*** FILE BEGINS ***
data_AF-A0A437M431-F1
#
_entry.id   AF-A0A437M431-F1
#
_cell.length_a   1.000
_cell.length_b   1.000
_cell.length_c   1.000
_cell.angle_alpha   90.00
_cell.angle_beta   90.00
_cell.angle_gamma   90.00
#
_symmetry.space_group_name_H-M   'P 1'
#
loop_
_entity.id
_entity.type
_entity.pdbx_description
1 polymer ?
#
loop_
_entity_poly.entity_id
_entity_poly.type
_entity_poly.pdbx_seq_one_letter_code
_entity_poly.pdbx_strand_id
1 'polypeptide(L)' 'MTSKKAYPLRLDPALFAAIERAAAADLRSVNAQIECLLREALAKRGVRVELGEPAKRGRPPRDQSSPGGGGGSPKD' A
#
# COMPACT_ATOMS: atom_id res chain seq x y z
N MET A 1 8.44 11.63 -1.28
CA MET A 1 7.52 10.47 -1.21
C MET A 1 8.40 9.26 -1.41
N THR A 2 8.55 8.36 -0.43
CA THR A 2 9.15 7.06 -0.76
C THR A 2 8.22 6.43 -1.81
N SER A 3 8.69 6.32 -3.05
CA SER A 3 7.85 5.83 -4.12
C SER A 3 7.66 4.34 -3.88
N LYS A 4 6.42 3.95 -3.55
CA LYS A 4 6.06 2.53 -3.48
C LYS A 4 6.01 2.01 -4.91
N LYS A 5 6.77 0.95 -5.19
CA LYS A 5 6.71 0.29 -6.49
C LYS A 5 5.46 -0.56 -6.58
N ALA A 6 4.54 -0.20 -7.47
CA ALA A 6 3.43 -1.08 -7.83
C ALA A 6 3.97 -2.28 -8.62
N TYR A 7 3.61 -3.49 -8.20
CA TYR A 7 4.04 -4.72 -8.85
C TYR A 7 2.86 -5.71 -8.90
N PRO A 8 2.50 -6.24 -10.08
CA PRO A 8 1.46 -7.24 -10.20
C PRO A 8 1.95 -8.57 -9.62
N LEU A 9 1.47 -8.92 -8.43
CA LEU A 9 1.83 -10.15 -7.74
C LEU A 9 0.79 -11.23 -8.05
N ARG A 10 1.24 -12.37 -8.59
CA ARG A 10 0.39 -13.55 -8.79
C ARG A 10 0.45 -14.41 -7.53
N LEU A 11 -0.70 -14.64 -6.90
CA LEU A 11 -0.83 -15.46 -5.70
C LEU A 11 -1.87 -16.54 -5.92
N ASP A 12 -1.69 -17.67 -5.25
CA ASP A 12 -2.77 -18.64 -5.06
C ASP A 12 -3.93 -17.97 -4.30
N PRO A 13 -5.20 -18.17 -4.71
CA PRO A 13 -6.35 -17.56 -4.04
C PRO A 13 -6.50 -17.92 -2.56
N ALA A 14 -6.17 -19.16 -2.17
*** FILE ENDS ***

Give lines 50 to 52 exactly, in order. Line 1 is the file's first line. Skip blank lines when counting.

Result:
CA PRO A 8 1.46 -7.24 -10.20
C PRO A 8 1.95 -8.57 -9.62
N LEU A 9 1.47 -8.92 -8.43